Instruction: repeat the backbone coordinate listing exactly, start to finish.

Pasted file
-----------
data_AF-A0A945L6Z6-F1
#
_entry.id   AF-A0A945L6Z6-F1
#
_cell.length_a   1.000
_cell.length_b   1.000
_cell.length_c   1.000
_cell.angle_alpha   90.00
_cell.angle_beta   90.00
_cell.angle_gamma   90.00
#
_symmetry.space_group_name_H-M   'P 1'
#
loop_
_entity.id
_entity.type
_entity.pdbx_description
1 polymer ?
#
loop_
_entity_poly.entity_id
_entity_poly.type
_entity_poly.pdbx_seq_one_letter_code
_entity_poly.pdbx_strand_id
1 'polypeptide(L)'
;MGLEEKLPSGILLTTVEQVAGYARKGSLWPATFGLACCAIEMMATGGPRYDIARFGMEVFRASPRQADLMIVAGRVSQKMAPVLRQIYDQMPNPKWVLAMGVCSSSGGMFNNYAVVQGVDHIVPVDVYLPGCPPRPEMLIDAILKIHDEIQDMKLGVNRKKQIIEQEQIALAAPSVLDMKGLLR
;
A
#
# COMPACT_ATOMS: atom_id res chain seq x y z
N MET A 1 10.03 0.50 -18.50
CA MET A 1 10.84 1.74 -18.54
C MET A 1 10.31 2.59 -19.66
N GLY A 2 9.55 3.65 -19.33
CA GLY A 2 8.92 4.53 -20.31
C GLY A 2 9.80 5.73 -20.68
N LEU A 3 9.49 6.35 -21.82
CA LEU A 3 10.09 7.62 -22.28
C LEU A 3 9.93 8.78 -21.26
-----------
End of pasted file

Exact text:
data_AF-A0A945L6Z6-F1
#
_entry.id   AF-A0A945L6Z6-F1
#
_cell.length_a   1.000
_cell.length_b   1.000
_cell.length_c   1.000
_cell.angle_alpha   90.00
_cell.angle_beta   90.00
_cell.angle_gamma   90.00
#
_symmetry.space_group_name_H-M   'P 1'
#
loop_
_entity.id
_entity.type
_entity.pdbx_description
1 polymer ?
#
loop_
_entity_poly.entity_id
_entity_poly.type
_entity_poly.pdbx_seq_one_letter_code
_entity_poly.pdbx_strand_id
1 'polypeptide(L)'
;MGLEEKLPSGILLTTVEQVAGYARKGSLWPATFGLACCAIEMMATGGPRYDIARFGMEVFRASPRQADLMIVAGRVSQKMAPVLRQIYDQMPNPKWVLAMGVCSSSGGMFNNYAVVQGVDHIVPVDVYLPGCPPRPEMLIDAILKIHDEIQDMKLGVNRKKQIIEQEQIALAAPSVLDMKGLLR
;
A
#
# COMPACT_ATOMS: atom_id res chain seq x y z
N MET A 1 10.03 0.50 -18.50
CA MET A 1 10.84 1.74 -18.54
C MET A 1 10.31 2.59 -19.66
N GLY A 2 9.55 3.65 -19.33
CA GLY A 2 8.92 4.53 -20.31
C GLY A 2 9.80 5.73 -20.68
N LEU A 3 9.49 6.35 -21.82
CA LEU A 3 10.09 7.62 -22.28
C LEU A 3 9.93 8.78 -21.26